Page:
Lupita Nyong’o came close to tears as she accepted the Academy Award for best supporting actress for her role in Steve McQueen’s “12 Years a Slave.”
It was an emotional night for the first-time actress who has understandably become Hollywood’s latest obsession.
Despite this being Lupita’s first time on the big screen in a major film, her powerful performance has allowed her to snag over 20 awards – her Oscar win for best supporting actress being her biggest yet.
Lupita took to the stage with her eyes filled with tears as she delivered an emotional acceptance speech in which she thanked the film’s director, Steve McQueen, and the historical figures that the film was shaped after.
“It doesn’t escape me for one moment that so much joy in my life is thanks to so much pain in someone else’s,” she said. “And so I want to salute the spirit of Patsey for her guidance. And for Solomon, thank you for telling her story and your own.”
She went on to sing McQueen’s praises as he blew her kisses from his seat.
“Steve McQueen, you charge everything you fashion with a breath of your own spirit,” she said. “Thank you so much for putting me in this position, it’s been the joy of my life. I’m certain that the dead are standing about you and watching and they are grateful and so am I.”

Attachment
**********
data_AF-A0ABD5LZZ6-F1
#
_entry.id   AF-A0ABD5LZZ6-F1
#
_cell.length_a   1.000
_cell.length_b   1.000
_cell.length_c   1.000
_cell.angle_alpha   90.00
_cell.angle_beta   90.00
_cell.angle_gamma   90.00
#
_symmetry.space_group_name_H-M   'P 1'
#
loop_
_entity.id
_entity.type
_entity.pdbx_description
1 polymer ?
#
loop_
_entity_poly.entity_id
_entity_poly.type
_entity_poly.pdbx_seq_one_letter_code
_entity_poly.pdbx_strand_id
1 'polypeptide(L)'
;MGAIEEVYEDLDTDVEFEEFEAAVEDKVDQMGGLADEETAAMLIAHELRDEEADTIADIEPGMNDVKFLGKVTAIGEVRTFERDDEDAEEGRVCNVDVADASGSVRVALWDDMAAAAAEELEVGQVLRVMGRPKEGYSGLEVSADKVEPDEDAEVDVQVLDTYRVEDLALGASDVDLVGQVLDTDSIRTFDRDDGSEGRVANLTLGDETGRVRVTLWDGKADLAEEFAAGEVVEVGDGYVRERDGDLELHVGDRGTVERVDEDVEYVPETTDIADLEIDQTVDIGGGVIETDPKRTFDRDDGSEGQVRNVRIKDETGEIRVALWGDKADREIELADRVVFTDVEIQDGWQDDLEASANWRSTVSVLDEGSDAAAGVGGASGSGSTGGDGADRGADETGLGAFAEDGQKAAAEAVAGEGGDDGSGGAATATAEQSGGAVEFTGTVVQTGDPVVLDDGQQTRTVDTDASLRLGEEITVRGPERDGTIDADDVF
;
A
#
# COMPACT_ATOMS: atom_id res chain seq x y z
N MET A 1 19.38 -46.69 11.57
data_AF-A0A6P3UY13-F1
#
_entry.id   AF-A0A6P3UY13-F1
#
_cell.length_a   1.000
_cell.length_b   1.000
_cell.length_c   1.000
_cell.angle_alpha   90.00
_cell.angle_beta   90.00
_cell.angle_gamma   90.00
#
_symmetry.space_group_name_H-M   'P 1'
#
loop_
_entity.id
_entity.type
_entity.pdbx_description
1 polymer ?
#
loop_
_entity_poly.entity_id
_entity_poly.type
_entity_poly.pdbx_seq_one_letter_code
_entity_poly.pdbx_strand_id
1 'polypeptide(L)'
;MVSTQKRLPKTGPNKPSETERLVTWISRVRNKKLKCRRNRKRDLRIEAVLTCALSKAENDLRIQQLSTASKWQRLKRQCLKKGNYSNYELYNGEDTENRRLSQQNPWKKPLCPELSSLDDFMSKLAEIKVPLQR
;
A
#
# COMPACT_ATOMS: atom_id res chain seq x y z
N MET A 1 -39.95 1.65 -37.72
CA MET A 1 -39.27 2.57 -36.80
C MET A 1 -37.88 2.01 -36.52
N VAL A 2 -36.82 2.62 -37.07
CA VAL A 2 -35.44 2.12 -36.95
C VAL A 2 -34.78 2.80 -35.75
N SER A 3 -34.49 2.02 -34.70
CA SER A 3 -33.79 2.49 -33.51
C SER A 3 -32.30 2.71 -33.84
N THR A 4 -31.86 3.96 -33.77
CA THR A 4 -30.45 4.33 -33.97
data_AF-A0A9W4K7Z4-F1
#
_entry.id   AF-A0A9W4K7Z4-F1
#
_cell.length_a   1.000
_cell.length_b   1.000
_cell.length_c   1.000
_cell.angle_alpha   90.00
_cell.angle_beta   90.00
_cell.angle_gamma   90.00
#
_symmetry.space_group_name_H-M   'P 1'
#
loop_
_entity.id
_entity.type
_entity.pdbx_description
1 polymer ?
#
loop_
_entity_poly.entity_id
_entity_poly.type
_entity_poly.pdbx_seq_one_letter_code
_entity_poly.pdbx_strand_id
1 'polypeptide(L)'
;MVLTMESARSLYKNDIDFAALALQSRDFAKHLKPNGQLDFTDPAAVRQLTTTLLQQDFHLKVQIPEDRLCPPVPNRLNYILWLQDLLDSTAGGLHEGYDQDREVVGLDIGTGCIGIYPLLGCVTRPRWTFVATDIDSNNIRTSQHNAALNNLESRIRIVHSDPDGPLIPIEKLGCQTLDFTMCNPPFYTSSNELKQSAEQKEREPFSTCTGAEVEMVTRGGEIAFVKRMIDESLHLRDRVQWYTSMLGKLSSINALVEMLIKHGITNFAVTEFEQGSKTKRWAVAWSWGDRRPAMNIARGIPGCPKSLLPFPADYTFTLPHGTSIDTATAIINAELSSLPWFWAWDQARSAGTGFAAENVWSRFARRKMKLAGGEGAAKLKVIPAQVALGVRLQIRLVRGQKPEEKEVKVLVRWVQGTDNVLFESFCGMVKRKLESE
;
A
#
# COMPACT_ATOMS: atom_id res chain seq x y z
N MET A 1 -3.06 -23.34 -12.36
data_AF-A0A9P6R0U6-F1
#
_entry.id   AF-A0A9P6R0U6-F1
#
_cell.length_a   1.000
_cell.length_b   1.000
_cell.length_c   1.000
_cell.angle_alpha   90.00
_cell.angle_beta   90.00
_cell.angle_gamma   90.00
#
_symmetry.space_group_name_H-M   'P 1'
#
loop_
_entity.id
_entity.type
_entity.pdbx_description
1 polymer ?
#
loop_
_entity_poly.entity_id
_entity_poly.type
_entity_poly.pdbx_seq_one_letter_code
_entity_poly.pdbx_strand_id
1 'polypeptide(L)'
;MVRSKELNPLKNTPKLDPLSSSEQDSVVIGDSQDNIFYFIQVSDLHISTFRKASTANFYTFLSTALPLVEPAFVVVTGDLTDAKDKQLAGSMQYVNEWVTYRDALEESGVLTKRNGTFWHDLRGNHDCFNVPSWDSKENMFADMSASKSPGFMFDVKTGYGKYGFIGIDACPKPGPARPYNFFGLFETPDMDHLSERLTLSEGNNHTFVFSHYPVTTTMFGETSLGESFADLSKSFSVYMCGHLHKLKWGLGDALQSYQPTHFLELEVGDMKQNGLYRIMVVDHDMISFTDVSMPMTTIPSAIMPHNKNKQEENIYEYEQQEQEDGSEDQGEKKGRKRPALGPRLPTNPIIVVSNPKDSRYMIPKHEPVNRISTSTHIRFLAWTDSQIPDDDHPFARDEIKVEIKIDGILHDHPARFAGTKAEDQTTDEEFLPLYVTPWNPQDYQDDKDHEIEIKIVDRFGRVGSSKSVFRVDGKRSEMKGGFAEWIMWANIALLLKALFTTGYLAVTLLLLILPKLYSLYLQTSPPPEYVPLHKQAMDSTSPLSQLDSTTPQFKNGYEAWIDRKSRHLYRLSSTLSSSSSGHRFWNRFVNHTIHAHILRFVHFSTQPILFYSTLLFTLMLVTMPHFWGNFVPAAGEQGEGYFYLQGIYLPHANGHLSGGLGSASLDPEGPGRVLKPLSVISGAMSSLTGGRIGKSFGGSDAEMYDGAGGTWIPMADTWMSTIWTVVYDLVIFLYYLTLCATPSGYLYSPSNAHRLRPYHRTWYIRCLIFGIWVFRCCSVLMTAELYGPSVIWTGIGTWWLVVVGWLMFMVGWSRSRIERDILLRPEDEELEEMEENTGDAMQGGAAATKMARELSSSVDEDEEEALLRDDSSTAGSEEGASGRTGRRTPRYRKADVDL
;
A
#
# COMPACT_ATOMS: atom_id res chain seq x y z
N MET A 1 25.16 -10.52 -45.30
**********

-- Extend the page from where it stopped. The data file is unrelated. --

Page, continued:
She also thanked actor Chiwetel Ejiofor who played Solomon Northup, the film’s main character, for his “fearlessness and how deeply” he went into the role.
Her list went on to include editors and even her makeup team.
Surprisingly her co-star Brad Pitt, who was also one of the film’s producers, was missing from her acceptance speech.
Toward the end of her speech, Lupita made clear to every child watching her and witnessing her accomplishments – they are more than capable of making their dreams a reality as well.
“When I look down at this golden statue, may it remind me and every little child that no matter where you’re from, your dreams are valid,” Lupita said. “Thank you.”
Later that night “12 Years a Slave” also received the coveted Academy Award For Best Picture, which had McQueen on stage literally jumping for joy.
The film has made history by becoming the first film with a Black director to win the Oscar for best picture.